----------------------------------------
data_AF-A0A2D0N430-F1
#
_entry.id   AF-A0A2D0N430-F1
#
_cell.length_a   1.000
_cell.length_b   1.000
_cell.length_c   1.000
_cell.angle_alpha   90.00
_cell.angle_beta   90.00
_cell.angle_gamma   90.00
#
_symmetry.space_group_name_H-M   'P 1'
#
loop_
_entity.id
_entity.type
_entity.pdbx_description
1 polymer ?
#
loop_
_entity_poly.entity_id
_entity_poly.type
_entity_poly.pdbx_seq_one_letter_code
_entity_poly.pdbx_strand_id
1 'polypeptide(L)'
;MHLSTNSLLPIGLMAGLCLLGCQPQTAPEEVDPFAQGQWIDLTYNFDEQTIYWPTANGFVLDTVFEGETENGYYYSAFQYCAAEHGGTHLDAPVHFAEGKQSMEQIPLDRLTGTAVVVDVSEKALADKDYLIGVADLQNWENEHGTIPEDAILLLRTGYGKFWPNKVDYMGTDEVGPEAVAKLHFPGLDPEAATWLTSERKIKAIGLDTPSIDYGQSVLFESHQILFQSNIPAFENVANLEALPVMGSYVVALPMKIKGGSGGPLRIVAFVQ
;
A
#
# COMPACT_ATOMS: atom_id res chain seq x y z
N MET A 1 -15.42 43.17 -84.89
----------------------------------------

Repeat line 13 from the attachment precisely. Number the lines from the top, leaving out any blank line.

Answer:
#